BITTER GOURD PROFILE

Botanical Name: Memordica charantia L

Local Name:

Karela – Hindi;

Karli – Gujrati & Marathi,

Paval Family: Cucurbitaceae. Bitter gourd is one of the most popular cucurbitaceous vegetable. It is grown extensively throughout India; the fruit is wormicidal and good for reheumatism.

CLIMATE

It is a warm, season crop. Hot and moist weather is favorable for its growth and development. Low temperature in habit the germination of seeds. It grows best at temperatures between 180C and 240C.

SOIL AND ITS PREPARATION

Bitter gourd can be grown in all types of soil. But loam and silty loarii soil is more suitable for its cultivation. It grows well on silty soil on river beds. The land should be well prepared.

Sowing of Seeds:

Time of Sowing

The seed is sown from January to March for summer season crop, June-July for rainy season crop in the plains and March to June in the hills.

Seed Rate

The seed rate is 4 to 5 kg/ha.

Method of Sowing

The seed is sown by dibbling method at a spacing of 120×90 cm. Generally three to four seeds are sown in a pit at 2.5 to 3.0 cm depth. The seeds are soaked in wate over night before sowing for better germination. Seed germination was enhanced by soaking the seeds for 24 hours in solution of 25 to 50 ppm GA and 25 ppm boron. In flatbed layout seeds are dibbled at the spacing 1 x 1 m.

MANURING

30 to 50 cartload well decomposed FYM should be added at the time of soil preparation 50 kg N, 25 kg P/ha. Should be given ½ N and full phosphorus should be given at the time of sowing seeds and remaining half N should be given 30 days after sowing.

INTERCULTURAL OPERATION

Two to three hoeing is given to keep down the weeds during the early stage of growth. The rainy season crop is usually stalked, often trained on a bower made of bamboos and sticks.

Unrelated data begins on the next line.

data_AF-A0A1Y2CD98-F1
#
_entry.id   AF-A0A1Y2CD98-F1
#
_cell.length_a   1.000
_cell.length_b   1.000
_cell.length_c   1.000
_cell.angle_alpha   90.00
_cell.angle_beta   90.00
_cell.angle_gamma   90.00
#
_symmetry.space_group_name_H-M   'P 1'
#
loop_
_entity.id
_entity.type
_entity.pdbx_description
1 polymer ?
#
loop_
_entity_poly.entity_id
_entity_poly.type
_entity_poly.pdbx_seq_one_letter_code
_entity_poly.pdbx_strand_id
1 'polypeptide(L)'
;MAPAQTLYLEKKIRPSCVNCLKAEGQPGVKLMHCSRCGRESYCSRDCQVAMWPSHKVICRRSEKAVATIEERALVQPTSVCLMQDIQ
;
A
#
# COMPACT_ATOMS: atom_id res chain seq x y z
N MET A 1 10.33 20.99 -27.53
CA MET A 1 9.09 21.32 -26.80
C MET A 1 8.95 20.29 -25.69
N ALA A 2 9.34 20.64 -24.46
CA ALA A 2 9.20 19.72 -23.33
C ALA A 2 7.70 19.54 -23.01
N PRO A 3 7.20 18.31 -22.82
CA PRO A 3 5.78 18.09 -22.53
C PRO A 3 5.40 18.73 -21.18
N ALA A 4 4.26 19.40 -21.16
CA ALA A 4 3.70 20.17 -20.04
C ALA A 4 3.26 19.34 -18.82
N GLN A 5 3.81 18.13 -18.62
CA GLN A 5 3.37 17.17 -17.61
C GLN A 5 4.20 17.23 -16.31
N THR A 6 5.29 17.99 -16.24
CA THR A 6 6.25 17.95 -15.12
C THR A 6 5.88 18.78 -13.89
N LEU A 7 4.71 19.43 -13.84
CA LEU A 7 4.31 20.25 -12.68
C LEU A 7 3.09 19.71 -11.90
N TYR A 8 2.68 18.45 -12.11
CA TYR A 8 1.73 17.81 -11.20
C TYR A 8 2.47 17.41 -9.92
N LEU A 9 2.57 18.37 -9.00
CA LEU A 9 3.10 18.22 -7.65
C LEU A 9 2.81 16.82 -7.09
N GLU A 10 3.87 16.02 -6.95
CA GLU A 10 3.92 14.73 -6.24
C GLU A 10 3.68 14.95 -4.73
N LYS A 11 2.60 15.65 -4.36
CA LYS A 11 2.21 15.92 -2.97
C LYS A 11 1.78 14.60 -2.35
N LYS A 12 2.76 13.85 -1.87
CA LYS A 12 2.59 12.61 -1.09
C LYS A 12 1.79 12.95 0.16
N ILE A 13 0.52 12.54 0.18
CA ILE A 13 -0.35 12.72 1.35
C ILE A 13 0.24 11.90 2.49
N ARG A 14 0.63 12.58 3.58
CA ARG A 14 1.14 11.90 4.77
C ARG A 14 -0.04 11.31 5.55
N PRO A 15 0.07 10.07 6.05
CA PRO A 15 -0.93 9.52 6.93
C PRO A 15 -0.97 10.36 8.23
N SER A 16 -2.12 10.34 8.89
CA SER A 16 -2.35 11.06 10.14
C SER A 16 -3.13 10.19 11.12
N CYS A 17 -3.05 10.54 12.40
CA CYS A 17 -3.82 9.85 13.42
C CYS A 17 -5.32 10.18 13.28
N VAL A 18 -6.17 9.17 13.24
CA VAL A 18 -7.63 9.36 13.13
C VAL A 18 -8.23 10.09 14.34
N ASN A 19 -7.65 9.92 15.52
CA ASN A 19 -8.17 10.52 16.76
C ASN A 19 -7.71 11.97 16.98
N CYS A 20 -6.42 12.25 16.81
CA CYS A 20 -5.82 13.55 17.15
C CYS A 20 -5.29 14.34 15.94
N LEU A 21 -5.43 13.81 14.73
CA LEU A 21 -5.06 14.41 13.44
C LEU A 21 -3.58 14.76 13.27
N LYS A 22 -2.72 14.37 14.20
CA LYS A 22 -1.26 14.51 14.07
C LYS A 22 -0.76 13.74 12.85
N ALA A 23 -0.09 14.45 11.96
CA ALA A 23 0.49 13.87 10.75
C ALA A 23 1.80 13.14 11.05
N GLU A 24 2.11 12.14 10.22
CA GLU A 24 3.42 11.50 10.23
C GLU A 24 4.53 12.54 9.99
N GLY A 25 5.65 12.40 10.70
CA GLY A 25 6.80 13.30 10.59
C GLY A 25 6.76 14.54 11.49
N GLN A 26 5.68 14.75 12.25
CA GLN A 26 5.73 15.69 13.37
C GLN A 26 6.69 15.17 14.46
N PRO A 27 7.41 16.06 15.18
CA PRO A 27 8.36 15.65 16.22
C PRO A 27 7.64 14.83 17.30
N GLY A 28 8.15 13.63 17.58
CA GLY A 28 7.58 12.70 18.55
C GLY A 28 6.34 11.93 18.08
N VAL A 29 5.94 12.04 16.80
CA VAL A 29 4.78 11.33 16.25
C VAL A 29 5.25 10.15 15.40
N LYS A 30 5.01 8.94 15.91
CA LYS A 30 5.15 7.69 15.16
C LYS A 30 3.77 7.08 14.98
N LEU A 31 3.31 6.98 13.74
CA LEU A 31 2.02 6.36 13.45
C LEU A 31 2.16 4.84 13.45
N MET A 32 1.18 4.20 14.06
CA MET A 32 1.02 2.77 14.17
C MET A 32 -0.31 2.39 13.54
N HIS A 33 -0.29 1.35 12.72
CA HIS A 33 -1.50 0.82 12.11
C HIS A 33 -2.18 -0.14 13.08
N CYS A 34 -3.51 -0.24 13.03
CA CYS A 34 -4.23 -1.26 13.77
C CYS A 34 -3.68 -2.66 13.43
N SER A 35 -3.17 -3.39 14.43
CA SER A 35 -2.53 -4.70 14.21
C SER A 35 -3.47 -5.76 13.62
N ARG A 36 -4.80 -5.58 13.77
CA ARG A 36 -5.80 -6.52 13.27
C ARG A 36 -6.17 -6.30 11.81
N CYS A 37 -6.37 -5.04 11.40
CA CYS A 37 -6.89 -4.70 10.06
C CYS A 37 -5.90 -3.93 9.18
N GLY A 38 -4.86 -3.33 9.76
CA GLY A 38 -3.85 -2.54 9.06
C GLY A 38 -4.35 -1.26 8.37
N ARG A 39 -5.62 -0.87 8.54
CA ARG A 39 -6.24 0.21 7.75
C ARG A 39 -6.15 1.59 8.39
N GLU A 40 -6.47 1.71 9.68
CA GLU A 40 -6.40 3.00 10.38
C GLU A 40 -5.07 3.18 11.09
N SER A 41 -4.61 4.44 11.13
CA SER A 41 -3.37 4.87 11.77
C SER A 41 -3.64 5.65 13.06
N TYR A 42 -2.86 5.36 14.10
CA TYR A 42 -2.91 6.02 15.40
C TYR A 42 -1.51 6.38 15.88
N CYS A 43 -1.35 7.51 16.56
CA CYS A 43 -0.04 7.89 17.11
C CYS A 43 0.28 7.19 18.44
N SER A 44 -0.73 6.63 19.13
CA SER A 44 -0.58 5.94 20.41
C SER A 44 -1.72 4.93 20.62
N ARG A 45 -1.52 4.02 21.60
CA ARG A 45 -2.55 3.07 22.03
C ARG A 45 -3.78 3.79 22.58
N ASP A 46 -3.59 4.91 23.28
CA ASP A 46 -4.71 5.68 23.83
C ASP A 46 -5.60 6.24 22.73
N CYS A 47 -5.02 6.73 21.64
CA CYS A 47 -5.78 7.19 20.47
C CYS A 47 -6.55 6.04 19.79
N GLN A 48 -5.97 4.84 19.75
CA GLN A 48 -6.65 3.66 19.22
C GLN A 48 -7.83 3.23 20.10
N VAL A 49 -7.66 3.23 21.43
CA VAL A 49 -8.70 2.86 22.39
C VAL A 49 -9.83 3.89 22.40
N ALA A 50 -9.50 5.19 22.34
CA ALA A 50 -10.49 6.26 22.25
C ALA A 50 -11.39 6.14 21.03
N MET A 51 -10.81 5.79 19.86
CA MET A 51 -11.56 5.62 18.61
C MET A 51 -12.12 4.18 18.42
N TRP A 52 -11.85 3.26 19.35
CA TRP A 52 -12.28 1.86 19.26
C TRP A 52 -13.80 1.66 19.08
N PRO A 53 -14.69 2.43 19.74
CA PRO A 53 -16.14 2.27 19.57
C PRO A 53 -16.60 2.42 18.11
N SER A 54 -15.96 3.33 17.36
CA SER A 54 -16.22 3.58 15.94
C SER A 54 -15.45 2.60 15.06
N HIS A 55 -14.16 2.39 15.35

HARVESTING

Harvesting is done when the fruits are still young and tender at every alternate day. Picking should be done carefully so that the vine may not be damaged. The fruits should not be allowed to mature on the vines. The harvested fruits may be stored for 3 to 4 days in-cool condition.

 YIELD

The yield is 60 to 100 quintal/ha.

VARIETIES

There are some varieties of bitter gourd viz. Pusa Domousmi, Coimbatore, Long, Arka Harit, Long green etc. Bitter Gourd (Momordica charantia)

  1. Hirkani:

Developed by selection from local germplasm and released in 1991 for western Maharashtra Fruits is dark green, 15-20 cm with prickles. Duration is 160 days. Average yield is 138 quintals per hectare. (MPKV, Rahuri)

  1. Phule Green Gold:

Developed by selection from cross Green Long x Delhi Local and released in 1996. Fruits dark green, 25-30 cm long and prickled. Crop duration is 150-180 days. Average yield is 230 quintals per hectare. It is tolerant- to downy mildew. Besides it is released through State Variety Release Committee of Maharashtra. It is also notified by the Central Sub-Committee on Crop .Standards, Notification and Varietal Release at the National level. (MPKV, Rahuri)

  1. Phule Priyanka:

It is a F1 hybrid released by MPKV, Rahuri, suitable for both the kharif and summer seasons. Fruits dark green, fruit surface is highly prickled. Fruit length is about 20 cm. Average yield is 200 quintals per hectare. It is tolerant to downy mildew. Responds well to bower system of training. Besides it is released through State Variety Release Committee of Maharashtra. It is also notified by the Central Sub Committee on Crop Standards. Notification and Varietal Release at National level. (MPKV, Rahuri)

  1. Konkan Tara:

It gives fruit yield about 15-20 tones per hectare. Fruit possess dark green prickles, medium long and spindle shaped having good keeping quality and suitable for export purpose. It is recommended for the Konkan region (BSKKV, Dapoli).

  1. Phule Ujwala:

Foliage is dark green and stem is green in colour. Average fruit weight is 84 g. Fruit length is 18 cm and diameter is. 4.5 cm. Duration is 180 days. Fruits are highly prickled. Average fruit yield is 174 quintals per hectare. (MPKV, Rahuri)